The grey teal (Anas gracilis) is a dabbling duck found in open wetlands in Australia and New Zealand.
This is a mottled brown duck with white and green flashes on its wings. The male and female grey teal share the same colouration, in contrast to the related chestnut teal, whose male and female are strikingly different. The grey teal has almost identical colouration to the female chestnut teal and the Grey can only be distinguished by its lighter coloured neck and paler face. Juveniles are paler than adults, especially on the head.
The grey teal nests near its favoured freshwater lakes and marshes, usually on the ground, but also in tree holes or rabbit burrows.
This is a vocal duck, especially at night. The male gives a soft preep, and the female has a loud quack.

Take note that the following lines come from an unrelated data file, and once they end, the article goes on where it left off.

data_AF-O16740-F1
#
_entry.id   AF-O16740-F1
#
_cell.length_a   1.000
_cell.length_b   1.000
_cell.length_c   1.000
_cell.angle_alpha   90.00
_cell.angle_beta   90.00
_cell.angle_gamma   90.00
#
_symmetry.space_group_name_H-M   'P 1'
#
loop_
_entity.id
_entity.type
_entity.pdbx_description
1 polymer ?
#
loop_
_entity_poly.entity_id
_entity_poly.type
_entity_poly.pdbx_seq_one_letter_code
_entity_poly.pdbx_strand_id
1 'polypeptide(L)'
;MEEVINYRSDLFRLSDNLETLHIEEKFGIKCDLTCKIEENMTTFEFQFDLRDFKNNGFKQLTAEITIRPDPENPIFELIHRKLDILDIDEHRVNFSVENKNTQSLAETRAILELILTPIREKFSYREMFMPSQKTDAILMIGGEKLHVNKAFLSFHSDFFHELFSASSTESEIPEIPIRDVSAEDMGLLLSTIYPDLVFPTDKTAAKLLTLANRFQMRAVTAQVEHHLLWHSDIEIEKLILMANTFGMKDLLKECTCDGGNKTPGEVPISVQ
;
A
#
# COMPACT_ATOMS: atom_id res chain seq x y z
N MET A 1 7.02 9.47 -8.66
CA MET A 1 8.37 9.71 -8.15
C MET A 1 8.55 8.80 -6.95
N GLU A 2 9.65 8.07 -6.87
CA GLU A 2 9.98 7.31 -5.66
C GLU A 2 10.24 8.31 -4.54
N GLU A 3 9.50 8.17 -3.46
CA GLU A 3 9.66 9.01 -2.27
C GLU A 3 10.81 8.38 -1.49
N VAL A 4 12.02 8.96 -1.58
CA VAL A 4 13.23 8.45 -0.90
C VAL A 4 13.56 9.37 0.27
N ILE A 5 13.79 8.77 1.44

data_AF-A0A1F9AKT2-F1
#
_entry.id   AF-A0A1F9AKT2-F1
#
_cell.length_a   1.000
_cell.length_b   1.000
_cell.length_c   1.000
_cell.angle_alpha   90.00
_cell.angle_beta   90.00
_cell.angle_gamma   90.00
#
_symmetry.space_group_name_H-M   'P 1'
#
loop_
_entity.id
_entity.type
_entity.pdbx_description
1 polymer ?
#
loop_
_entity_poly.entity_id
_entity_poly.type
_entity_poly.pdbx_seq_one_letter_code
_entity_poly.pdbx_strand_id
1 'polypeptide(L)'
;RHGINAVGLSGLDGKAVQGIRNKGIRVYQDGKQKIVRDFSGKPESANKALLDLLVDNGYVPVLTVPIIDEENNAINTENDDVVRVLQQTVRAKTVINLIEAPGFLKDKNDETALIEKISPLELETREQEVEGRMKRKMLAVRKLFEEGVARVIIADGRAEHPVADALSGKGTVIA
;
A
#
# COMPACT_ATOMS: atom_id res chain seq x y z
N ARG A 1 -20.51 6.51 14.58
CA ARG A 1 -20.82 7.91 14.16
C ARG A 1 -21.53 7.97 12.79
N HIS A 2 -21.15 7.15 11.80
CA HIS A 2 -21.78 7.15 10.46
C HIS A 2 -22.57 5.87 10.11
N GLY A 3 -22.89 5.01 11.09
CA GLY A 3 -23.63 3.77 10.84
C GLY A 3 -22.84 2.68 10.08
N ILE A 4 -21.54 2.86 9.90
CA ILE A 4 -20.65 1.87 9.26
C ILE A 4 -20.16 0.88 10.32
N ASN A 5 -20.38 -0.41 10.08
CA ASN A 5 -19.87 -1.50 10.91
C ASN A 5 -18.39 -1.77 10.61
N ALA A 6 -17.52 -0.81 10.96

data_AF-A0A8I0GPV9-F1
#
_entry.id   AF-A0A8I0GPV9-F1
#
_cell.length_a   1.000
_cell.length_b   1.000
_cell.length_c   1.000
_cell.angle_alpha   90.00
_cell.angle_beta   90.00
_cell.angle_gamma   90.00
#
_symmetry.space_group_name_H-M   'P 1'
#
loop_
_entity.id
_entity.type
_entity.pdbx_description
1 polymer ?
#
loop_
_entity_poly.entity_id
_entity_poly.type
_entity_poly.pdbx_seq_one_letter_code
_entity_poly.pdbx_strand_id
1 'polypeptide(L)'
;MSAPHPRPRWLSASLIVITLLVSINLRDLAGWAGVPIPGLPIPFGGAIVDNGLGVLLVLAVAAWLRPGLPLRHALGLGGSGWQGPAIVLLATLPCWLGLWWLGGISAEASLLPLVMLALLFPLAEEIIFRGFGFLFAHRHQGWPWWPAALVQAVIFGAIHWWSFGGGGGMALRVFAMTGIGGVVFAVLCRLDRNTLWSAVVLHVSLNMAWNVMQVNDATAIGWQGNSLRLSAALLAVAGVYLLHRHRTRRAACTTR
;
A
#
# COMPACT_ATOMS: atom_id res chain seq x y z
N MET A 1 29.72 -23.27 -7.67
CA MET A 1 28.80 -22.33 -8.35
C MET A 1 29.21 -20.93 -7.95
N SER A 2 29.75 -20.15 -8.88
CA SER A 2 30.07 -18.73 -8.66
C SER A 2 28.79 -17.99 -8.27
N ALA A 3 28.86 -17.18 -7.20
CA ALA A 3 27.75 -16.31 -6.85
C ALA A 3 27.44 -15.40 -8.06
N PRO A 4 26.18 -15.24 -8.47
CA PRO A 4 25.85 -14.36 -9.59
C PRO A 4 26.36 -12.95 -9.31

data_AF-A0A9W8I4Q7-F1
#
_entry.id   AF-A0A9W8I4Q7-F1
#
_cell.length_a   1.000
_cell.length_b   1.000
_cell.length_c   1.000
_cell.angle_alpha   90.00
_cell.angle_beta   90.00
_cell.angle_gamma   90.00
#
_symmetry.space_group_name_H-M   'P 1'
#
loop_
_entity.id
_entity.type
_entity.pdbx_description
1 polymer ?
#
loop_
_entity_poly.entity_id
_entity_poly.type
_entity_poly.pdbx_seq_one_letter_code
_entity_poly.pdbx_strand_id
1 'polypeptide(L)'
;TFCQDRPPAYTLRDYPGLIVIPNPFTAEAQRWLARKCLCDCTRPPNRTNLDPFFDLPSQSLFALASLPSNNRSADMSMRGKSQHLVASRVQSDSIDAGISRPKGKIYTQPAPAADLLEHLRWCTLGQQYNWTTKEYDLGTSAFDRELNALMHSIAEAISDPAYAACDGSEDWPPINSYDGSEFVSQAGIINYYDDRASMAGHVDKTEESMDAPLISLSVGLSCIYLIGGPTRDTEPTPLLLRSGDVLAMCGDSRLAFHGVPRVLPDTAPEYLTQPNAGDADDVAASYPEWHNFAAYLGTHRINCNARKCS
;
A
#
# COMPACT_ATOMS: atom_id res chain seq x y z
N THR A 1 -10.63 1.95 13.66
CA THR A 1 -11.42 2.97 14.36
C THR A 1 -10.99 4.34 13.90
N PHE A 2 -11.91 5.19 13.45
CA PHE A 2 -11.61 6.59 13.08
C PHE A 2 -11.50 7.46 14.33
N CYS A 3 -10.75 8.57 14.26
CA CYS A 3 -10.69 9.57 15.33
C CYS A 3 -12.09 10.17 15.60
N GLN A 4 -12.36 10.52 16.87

The grey teal is a gregarious species. In Australia it is nomadic, rapidly colonising suitable habitat following rain. In 1957, large numbers fled Australia, moving to New Zealand to escape drought.
It was formerly considered a subspecies of the Sunda teal, as Anas gibberifrons gracilis.
Widespread throughout its large range, the grey teal is evaluated as Least Concern on the IUCN Red List of Threatened Species.
It is often mistaken for a female chestnut teal, due to similar colouring.